Tuesday, June 23, 2009

Over, Under, Spot On

Time for another round of "Over-rated, Under-rated, Spot On" with our old friend "Smack." Though a bit brief, we do manage to stay on topic, for the most part.

Feel free to weigh in by posting a comment, and enjoy.

Within Reason: The ultimate pop-culture OUSO: The Beatles.

Smack: Spot on. You can’t say that the Beatles are under- or over-rated. They were pop sensations and the object of every teenage girl’s fantasy. Then later on, they were acclaimed for their musicianship, song writing, and innovation. So I don’t see any facet of the Beatles being under appreciated. And all the praise was deserved. They could crank out a catchy pop song like nobody’s business; they could write songs that really showcased mastery of their instruments; they could explore new territory with psychedelic music and incorporate different cultures. The only over-rated aspect of the band would be Ringo Starr being a heartthrob. Honestly, the dude is just plain ugly.

WR: Do you think, though, that their influence on subsequent generations is a bit over-rated? Influence is a metric that does not diminish over time, and I think the case could be made that The Beatles are having less and less of an impact on the music we're hearing today.

S: I’d like to see you make that case. Can you expand your comment about influence never diminishing? I think it gets diluted as artists build and build upon what they started.

WR: What I mean is that as time goes by, there are fewer and fewer bands that would list (or whom it could be listed for) The Beatles as primary influences. Further, it becomes less and less common to hear bands for whom The Beatles are even secondary influences.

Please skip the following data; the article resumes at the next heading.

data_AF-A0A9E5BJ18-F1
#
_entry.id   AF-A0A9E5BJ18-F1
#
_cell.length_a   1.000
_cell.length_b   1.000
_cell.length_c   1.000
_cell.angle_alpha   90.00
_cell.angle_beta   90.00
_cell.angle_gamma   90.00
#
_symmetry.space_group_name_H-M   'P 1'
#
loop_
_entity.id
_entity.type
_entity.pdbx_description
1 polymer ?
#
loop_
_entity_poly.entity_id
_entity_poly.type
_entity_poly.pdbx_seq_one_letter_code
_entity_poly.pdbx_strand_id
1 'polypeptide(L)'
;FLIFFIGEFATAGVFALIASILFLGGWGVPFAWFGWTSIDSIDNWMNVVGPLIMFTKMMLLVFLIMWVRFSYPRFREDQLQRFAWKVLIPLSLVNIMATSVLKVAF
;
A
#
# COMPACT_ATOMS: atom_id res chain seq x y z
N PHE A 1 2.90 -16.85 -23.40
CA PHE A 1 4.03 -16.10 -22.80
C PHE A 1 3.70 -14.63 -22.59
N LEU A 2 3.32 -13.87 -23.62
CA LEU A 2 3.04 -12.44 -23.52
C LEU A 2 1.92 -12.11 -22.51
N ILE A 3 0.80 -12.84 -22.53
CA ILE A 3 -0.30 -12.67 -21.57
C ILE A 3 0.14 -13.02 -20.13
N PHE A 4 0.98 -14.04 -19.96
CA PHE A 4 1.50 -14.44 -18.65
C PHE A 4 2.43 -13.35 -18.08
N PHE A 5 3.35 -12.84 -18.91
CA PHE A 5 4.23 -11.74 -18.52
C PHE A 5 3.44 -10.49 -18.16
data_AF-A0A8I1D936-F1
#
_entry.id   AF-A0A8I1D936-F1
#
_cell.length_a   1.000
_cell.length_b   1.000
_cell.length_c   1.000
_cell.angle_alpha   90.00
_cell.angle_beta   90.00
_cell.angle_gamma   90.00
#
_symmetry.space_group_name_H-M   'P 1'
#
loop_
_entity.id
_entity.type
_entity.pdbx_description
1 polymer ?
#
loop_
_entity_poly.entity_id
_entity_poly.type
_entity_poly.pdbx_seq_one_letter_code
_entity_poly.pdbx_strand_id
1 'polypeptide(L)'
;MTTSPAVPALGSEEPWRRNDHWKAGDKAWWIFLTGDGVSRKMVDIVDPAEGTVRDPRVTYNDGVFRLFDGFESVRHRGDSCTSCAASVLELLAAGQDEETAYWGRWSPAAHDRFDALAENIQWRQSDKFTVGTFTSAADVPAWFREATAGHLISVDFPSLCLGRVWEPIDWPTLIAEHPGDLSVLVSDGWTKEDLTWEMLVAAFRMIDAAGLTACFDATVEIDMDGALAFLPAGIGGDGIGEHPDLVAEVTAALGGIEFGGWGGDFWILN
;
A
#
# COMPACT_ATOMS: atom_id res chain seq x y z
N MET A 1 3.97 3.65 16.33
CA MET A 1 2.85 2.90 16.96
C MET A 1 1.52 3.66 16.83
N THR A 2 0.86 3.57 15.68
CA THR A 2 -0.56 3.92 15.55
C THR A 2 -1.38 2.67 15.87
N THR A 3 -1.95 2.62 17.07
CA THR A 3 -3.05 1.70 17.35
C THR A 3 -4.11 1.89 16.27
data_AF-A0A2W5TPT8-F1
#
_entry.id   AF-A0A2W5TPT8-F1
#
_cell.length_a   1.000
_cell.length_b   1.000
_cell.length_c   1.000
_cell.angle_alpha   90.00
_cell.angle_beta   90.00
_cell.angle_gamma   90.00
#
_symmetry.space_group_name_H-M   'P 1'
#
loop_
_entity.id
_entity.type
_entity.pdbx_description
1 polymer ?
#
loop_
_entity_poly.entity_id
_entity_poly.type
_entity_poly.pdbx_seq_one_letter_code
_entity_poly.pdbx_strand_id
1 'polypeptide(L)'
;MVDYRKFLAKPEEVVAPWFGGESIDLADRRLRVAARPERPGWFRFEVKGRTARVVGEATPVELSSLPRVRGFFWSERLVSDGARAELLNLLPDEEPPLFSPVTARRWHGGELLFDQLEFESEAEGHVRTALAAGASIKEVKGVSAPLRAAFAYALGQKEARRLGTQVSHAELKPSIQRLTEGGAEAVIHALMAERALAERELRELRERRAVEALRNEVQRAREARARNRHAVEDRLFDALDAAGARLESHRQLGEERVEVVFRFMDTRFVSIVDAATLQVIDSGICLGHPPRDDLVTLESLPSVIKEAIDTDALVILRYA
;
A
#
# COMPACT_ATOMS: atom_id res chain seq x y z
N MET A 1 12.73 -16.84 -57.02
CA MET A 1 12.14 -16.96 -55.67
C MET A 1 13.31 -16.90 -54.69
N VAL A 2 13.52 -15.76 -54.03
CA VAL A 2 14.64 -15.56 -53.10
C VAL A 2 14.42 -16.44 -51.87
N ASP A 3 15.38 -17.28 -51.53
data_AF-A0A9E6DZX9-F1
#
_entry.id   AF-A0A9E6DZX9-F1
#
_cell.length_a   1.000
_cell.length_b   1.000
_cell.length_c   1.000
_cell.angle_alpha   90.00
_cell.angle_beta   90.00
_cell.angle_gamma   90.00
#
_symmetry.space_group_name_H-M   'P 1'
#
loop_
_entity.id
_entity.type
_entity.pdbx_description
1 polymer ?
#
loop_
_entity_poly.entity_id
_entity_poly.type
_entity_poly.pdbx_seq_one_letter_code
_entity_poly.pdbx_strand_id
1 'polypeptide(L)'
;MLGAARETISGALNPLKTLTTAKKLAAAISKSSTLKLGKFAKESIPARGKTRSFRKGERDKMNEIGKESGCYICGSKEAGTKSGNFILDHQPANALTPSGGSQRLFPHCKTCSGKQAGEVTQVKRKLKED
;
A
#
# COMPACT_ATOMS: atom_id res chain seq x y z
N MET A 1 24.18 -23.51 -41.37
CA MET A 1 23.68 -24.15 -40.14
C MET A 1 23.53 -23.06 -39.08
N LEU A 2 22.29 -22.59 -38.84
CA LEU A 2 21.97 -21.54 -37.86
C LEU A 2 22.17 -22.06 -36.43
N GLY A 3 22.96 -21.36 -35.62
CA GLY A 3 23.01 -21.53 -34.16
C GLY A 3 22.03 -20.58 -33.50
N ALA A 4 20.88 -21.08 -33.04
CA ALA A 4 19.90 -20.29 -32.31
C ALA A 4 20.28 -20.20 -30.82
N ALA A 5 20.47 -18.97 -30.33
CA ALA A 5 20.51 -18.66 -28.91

This is going to sound crazy, but I don't think, musically, that The Beatles can even be called the most influential of their contemporaries.

S: I don’t know about this. I mean, how many current bands would throw out Chuck Berry or Elvis? I don’t think that discounts their influence on the direction of rock music.

Which contemporaries are you talking about? The Beach Boys? Name a modern band that they primarily influenced.

WR: Weezer.
And I would contend that the Rolling Stones have had a far greater lasting influence on pop/rock music than have The Beatles.
S: I think you can attribute any use of fuzz and/or feedback as a direct Beatles influence. I’d agree that the Rolling Stones had a bigger influence on straight Rock music, but I think the Beatles just stepped across so many genre lines that they are a bigger part of the big picture. They touched on rock and roll, metal, psychedelic rock, folk, pop rock, etc.
Also The Beach Boys would be secondary for Weezer. I think you’ve gotta go with Nirvana or maybe Cheap Trick.
WR: I disagree on the fuzz/feedback. I give that to The Kinks - another deceptively influential band. "You Really Got Me" was released in August of '64, only 4 months after The Beatles' Ed Sullivan appearance. I'd give The Kinks the edge in the 1964 fuzz/feedback battle.
The Rolling Stones also hit the scene in 1964, and by 1965 had also out fuzzed the Beatles with "Satisfaction." To complete the tangent, if you want to make the argument that The Beatles had the most innovative song of '66 - "Tomorrow Never Knows" (I'm lumping innovation and fuzz/feedback together), then it was a one year reign, because '67 saw the arrival of Jimi Hendrix.
Where I think the Beatles have diminished as influences has been more on the pop side of things. I don't think they were ever as influential - musically - rock n' roll wise as they were given credit for. I think their contemporaries were just so overshadowed that their individual influences get sucked into one giant answer of "Huh? The early to mid-Sixties? The Beatles, of course!!"
I think the disappearance of traditional 'bands' making the Top 40, in the late 80s - coupled with the rise of more techno or rock driven pop has really pulled a few groups even with, if not ahead of The Beatles in the influence category.
S: Ok, so who is the single biggest influence on today’s music scene?
Sounds like you’re leaning toward Michael Jackson.
WR: That's a tough question. If I can change the 'who' to a 'what' - I'll go with MTV.